Aug 18, 2016

Barcelona Friday

Friday I put in a normal morning at the office, surrounded by vineyards and the sleepy village, and left an hour earlier than the normal friday quittin’ time of 3pm. Instead of going home or towards the city, I met Saori at one of the Sbahn stations and we were in our way to the airport. No passport control, no check-in, just breezed through to our flight, 90 minutes direct to Barcelona, and fifteen minutes after wheels down we were sliding into a taxi bathed the mediterranean air and warm late afternoon sun. Yo voy a Casa Milá, por favor.

Stuttgart is a city of dark greens and grays. Barcelona is lit in golds and dusty sepia. The canopy of our hotel, Hotel Praktik Bakery, was also yellow. And it was, in fact, a trendy bakery, with a long line of peope queuing to buy some of the fresh bread and pastries before the weekend. Push past the temping display and windows looking in to the bread prep area, and at the end of the bakery counter is a reception desk, as though you might order a standard room with your matcha muffin.

Location wasn’t bad. Almost next door to Gaudí’s Casa Mila and close to Diagonal metro station. Room was small but comfortable and nicely designed. Nice tile everywhere, giant rain shower, big comfortable bed. We were on the same floor as the internet.

We were of course dying to get out, so we left our valuables in the room and started walking. We strolled past Casa Mila, Casa Batlló, and along the Passig de Gracia, a boulevard of luxury stores and Hôtel Exorbiant. Tourists thronged the town: jammed with  Japanese, groaning with Germans, bursting with British, choked with Chinese, awash with Americans. We crossed the giant Plaza Catalunya and walked down las Ramblas.

Las Ramblas is a massive pedestrian street with two small lanes on either side. The street is like many other “high streets” in Euope:  quick fashion stores like H&M and Zara every block, chinsey souvenier shops, American burger franchises, tabacco shops, pharmacies, and local restaraunts for the tourists marked by giant menu boards on the street reproducing the dishes at life size. There were less street peformers than I remember and more gelato stands. But still, what a street! As always, I am surprised by how much in the end I value the energy of the crowds and the architecture over the content. Ramblas stitiches together two ancient city core neighborhoods, Reval and the gothic quarter, and all along its length, narrow streets open up to reveal tantalizing views of the baroque neighborhood beyond, inviting us to dive in and explore each of them.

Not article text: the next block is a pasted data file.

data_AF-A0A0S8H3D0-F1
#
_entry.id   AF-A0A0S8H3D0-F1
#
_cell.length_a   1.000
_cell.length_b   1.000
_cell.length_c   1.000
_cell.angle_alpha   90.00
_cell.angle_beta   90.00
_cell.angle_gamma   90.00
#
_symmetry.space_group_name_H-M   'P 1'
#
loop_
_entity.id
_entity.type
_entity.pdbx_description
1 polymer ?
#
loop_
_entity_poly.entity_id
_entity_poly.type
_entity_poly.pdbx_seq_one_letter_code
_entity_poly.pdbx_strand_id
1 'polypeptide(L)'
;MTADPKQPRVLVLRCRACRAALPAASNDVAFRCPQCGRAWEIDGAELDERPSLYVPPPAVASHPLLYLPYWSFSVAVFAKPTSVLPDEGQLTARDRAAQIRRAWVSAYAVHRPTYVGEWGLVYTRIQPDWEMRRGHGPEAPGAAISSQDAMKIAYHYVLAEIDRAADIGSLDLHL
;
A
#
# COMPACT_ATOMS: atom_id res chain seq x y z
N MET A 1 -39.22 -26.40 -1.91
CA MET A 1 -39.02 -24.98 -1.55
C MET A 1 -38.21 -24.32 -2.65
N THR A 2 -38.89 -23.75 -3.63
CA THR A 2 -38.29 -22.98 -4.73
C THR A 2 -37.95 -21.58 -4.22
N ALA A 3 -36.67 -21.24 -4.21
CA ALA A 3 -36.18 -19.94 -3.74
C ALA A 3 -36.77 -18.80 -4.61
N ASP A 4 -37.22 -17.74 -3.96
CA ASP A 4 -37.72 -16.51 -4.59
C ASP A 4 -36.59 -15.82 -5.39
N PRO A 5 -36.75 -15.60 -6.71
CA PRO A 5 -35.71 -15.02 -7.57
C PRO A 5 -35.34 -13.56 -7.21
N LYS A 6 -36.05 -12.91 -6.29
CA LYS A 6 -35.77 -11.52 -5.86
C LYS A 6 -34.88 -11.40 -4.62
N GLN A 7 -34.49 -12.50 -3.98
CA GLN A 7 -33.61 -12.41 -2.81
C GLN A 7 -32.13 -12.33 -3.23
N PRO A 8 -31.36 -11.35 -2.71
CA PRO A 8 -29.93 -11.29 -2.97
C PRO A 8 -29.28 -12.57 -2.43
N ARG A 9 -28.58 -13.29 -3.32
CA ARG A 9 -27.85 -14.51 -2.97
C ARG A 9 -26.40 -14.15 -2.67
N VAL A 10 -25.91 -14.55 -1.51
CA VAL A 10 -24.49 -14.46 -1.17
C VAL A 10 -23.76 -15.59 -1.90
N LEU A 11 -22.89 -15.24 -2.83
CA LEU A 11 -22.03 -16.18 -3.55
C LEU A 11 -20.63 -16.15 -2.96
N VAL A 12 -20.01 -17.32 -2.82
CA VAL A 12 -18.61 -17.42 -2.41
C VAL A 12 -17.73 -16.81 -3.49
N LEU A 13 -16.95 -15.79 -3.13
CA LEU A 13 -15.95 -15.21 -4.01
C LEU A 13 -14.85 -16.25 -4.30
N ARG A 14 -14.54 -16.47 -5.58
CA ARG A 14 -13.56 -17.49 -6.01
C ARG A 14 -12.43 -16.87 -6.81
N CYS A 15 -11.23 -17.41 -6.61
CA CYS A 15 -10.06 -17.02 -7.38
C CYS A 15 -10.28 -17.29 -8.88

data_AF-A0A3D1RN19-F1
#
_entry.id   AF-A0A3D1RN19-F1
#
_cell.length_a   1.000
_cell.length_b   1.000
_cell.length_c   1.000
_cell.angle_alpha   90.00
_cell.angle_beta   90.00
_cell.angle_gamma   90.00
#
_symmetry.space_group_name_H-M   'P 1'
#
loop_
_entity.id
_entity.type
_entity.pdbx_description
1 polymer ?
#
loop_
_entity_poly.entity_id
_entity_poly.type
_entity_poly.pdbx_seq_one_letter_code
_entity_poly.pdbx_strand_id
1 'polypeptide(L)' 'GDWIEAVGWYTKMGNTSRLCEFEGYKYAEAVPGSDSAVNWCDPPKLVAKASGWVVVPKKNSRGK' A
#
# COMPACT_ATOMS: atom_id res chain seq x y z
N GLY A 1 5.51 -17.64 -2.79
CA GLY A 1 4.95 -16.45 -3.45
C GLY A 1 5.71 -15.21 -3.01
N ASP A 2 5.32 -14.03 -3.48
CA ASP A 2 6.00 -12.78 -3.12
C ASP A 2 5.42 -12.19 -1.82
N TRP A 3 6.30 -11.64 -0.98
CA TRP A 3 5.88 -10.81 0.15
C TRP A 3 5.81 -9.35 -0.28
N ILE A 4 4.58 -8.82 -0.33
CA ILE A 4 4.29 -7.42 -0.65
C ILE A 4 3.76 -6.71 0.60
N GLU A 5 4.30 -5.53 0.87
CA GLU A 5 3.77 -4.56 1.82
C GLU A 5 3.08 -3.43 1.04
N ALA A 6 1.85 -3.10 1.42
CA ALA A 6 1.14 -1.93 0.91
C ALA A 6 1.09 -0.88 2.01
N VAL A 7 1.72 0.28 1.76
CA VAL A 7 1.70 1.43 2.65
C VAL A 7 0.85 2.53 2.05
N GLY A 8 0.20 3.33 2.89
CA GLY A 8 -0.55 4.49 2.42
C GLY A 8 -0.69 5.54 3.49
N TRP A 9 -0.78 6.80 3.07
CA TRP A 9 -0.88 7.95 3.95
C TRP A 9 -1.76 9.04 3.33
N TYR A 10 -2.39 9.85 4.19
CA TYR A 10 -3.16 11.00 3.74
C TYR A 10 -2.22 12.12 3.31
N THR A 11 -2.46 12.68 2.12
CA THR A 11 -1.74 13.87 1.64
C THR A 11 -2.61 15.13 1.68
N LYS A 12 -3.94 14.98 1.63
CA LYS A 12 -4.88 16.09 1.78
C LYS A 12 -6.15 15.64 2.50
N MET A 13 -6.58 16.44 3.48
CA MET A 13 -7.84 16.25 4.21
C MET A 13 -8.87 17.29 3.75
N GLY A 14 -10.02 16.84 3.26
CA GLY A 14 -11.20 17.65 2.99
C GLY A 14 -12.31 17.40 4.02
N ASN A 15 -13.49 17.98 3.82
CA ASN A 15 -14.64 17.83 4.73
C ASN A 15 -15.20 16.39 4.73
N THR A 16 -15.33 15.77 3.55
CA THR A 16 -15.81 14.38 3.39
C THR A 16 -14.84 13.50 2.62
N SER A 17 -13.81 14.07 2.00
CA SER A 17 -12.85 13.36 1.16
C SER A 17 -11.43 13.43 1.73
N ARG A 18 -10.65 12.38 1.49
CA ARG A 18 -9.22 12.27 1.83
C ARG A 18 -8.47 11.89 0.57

We walked past the pilar of Christopher Columbus, and continued to the Mediterranian. We left the throngs of people headed to the big island mall and walked along the port to the corner of the gothic quarter where we dived back in searching for food.

We picked the first place that didnt look too seedy since I have a tendency to be too picky about where we eat. Not normally a bad thing, but one of the rules of happy travel is “eat when people are hungry.” Although I may modify our rule to “pick the second passable place.” It was a basic tourist trap, behind us had some Bostonians and the table in the corner was full of Germans. Tapas were ok, but the chorizo was good and the beer was cold. Not the kind of place we would have ordered paella anyway.

We wandered our way through the gothic quarter at night, working our way by feel out and back towards the hotel. Bought a beer and some water from a convenience store but then realized that you can’t drink in the street. Technically. The immigrants quietly selling cold cans of Estrella Damm in the alley intersections suggest the enforcement is not too rigorous. We crossed the city once more, back to the hotel, where we collapsed in an exhausted heap on the bed.

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